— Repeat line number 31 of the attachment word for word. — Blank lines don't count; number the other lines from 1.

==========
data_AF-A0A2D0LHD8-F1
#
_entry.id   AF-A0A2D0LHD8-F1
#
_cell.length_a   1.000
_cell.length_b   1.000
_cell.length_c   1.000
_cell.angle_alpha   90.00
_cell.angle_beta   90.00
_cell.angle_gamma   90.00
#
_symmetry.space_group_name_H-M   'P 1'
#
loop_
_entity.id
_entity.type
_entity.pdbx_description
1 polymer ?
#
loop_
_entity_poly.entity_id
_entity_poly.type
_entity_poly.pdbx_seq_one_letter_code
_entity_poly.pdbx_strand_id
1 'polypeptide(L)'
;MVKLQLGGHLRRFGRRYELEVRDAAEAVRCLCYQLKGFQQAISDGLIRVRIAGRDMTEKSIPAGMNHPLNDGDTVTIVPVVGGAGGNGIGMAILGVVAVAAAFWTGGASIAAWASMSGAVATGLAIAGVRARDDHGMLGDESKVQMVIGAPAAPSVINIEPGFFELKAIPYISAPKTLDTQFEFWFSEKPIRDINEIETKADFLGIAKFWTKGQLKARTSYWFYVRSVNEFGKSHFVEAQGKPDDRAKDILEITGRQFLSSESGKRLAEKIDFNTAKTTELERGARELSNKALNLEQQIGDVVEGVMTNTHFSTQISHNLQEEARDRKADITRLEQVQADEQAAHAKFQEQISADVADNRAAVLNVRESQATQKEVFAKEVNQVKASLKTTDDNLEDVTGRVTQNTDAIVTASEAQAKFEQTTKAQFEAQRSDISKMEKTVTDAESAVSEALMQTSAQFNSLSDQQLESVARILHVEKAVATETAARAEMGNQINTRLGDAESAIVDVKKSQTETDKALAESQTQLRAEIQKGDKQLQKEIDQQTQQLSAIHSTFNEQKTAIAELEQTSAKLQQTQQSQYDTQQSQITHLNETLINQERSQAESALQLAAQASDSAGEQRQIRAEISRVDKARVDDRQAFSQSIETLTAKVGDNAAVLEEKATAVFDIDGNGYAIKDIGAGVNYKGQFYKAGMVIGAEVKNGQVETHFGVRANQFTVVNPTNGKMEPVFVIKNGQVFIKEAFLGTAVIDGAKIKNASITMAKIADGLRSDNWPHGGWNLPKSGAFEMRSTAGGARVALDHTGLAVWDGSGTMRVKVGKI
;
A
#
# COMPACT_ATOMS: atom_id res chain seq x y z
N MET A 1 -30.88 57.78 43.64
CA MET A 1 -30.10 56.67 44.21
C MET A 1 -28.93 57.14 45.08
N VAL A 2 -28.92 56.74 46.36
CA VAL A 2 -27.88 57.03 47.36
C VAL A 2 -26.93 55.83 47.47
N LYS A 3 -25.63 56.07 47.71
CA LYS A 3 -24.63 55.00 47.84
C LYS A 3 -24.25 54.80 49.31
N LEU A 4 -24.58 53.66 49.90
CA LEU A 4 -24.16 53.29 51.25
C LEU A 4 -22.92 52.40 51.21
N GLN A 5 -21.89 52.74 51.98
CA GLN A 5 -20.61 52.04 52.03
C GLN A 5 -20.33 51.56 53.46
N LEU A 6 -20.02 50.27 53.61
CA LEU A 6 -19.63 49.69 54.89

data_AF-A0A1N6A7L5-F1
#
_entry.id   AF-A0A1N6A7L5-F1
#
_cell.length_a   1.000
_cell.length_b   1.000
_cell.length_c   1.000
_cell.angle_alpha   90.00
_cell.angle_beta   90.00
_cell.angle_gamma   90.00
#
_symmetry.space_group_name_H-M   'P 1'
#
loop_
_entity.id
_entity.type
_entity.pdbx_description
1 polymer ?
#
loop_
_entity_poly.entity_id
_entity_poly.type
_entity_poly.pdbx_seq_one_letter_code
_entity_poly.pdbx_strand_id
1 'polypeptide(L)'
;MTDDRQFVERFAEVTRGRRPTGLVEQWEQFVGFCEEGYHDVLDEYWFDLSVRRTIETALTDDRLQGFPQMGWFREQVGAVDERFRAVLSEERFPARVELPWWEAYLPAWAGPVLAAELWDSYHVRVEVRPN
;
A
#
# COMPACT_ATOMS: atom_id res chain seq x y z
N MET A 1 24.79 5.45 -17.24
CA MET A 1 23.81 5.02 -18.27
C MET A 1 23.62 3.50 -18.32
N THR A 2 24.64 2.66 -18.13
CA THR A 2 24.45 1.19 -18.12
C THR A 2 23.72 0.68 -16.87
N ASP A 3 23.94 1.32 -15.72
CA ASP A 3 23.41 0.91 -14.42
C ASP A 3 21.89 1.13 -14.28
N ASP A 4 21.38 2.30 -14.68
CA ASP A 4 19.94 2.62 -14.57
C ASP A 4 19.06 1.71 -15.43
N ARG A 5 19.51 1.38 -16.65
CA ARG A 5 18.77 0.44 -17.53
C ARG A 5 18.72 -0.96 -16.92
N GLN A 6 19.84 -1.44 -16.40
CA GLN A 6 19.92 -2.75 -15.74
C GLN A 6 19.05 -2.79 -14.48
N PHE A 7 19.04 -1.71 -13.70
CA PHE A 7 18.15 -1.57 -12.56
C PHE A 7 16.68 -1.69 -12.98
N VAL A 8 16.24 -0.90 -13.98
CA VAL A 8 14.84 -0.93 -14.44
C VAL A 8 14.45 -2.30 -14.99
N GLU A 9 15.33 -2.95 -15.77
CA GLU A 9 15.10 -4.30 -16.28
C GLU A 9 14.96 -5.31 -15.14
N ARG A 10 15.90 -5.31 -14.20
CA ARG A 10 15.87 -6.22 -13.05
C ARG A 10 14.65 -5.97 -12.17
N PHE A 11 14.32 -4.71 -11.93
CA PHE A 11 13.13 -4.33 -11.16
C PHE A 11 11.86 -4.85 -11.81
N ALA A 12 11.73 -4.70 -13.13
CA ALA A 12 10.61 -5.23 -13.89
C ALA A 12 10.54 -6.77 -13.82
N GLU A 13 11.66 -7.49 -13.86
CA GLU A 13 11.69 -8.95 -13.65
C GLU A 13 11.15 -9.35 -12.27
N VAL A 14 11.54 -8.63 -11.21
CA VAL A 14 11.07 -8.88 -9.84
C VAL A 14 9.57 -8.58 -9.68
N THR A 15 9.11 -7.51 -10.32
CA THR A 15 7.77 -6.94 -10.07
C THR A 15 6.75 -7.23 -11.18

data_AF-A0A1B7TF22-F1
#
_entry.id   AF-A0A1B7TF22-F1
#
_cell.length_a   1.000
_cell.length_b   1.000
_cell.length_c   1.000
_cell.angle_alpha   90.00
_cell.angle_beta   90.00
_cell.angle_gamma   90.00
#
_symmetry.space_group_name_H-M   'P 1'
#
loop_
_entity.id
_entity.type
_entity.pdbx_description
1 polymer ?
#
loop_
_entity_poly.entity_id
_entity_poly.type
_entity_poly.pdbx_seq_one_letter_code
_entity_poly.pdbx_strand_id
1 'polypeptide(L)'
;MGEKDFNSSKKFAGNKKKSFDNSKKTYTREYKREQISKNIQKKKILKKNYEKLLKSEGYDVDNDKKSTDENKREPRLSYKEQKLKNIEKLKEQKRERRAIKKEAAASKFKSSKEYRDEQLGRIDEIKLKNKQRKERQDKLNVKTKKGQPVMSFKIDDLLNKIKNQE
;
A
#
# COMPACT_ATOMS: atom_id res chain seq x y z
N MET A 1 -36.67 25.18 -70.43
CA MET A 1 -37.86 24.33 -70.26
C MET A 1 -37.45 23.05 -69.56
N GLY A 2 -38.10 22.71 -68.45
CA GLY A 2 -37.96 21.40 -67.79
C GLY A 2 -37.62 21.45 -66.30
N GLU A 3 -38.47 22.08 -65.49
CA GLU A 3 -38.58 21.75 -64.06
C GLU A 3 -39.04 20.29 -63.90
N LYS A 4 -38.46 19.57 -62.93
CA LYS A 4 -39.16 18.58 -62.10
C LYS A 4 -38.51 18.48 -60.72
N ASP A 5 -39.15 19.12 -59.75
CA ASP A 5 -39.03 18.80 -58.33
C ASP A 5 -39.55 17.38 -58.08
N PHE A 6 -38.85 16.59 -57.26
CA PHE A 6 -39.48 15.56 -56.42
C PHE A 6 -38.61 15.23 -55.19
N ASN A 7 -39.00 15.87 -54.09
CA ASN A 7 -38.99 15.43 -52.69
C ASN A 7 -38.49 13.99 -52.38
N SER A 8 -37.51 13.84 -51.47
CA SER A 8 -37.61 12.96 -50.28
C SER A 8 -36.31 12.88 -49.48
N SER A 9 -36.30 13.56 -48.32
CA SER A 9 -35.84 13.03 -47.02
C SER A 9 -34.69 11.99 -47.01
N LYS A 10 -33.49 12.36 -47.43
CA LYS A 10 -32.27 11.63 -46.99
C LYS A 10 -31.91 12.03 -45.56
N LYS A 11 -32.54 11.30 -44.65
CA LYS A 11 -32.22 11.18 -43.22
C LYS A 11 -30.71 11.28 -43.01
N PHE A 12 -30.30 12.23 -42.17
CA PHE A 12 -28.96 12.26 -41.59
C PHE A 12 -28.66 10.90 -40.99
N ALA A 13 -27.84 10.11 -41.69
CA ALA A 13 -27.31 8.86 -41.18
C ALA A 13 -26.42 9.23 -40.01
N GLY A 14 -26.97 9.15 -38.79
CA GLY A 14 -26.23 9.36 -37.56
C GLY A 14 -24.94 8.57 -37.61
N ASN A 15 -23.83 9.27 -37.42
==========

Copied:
N MET A 1 -30.88 57.78 43.64